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An Inflammation of Place | Laphams Quarterly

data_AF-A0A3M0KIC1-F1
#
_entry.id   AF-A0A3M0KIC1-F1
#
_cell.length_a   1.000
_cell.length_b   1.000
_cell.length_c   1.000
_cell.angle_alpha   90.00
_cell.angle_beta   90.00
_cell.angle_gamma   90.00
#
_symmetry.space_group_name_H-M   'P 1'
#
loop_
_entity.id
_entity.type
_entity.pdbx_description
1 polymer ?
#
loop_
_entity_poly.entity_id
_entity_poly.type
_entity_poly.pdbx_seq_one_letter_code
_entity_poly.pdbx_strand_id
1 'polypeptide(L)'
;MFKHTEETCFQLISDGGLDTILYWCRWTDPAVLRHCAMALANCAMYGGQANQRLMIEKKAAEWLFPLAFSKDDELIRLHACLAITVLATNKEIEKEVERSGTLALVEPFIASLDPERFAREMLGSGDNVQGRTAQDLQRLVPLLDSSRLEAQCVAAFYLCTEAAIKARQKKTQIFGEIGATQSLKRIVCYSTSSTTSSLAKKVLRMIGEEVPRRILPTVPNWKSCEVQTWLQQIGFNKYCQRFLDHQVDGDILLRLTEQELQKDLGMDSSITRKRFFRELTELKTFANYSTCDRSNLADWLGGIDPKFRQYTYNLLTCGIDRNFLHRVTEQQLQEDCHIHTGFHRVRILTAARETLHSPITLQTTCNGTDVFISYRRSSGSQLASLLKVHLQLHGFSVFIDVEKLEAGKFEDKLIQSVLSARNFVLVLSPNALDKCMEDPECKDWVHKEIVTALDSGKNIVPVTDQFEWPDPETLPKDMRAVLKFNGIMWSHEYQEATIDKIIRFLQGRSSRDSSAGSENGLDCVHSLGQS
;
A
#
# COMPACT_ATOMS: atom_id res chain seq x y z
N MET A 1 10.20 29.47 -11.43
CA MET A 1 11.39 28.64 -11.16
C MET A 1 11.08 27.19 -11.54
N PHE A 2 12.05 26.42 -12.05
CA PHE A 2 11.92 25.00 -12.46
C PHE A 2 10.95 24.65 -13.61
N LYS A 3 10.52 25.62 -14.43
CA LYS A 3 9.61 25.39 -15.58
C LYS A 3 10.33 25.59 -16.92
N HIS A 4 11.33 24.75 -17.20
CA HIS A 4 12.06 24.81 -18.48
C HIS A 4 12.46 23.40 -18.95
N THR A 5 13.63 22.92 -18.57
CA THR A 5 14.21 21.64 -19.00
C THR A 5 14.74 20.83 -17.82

At the turn of the twentieth century, the surgeon Dr. John H. Girdner started to notice something peculiar about his Manhattan patients. Girdner had left his home state of Tennessee to study at New York University and worked his way up the medical ranks, even attending to President James A. Garfield when he was shot. After twenty-five years of treating patients in the big city, Girdner decided to write his findings in a book. A very large percentage [of people] lead an artificial life here, he warned. This manner of life has brought about a condition of mind, body, and soul, which I have endeavored to describe under the title of Newyorkitis.